Theravance, GSK Win FDA Clearance for COPD Therapy Breo
By Randy Osborne
Less than a month after the FDA's Pulmonary-Allergy Drugs Advisory Committee bestowed its favor on inhaled Breo (fluticasone furoate [FF]/vilanterol [VI]), the combination corticosteroid and long-acting beta2 agonist (LABA) for chronic obstructive pulmonary disease (COPD) from GlaxoSmithKline plc and Theravance Inc., the FDA granted approval for the compound.
Evaluating Breo as a maintenance therapy, the panel's vote was 9-4 in favor, and as a treatment to reduce COPD exacerbations, the tally came out the same, though one member said he had intended to vote against recommending approval, and accidentally voted yes. But before that snafu came votes 12-1 in favor of Breo's efficacy as a maintenance therapy, 8-5 in favor of efficacy against exacerbations and 10-3 positive for safety in the proposed indications.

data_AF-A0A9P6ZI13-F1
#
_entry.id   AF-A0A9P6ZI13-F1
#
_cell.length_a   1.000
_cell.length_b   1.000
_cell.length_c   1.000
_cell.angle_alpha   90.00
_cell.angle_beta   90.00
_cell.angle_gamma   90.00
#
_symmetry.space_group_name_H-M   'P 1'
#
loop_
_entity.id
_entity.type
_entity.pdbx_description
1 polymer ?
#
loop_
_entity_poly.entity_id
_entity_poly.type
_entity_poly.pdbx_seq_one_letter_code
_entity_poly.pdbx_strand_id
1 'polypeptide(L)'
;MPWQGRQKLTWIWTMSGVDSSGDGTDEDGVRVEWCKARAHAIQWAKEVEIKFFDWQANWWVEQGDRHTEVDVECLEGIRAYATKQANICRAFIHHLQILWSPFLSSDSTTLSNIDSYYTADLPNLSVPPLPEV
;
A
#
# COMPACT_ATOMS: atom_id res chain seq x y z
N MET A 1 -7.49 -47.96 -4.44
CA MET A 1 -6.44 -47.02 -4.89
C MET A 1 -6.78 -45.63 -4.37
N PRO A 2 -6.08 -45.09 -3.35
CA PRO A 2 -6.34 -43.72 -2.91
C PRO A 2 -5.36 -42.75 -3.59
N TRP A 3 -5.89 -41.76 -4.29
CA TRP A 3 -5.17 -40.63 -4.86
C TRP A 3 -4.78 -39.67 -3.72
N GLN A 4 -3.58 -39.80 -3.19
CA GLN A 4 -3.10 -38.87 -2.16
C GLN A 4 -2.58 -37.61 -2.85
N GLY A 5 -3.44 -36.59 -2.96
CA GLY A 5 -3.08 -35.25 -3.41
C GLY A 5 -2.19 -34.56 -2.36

In all, it was enough for the agency to green-light Breo, even though briefing documents ahead of the advisory committee meeting had created a mood of some uncertainty, as they cited inconsistent data with Breo. Analysts, though, said the skepticism was not as deep as might have been feared, and most predicted ultimate approval.
And so it was, although Breo carries a boxed warning that LABAs increase the risk of asthma-related death. The safety and efficacy of Breo Ellipta in patients with asthma have not been established, and it is not approved for the treatment of asthma.
Officially branded Breo Ellipta, the treatment will be marketed with a patient medication guide that includes instructions for use and details about the potential risks of taking the drug. Among the warnings: The drug should not be used as a rescue therapy to treat sudden breathing problems (acute bronchospasm) and is not recommended for people younger than 18 years.
See Monday's BioWorld Today for More on This Story.
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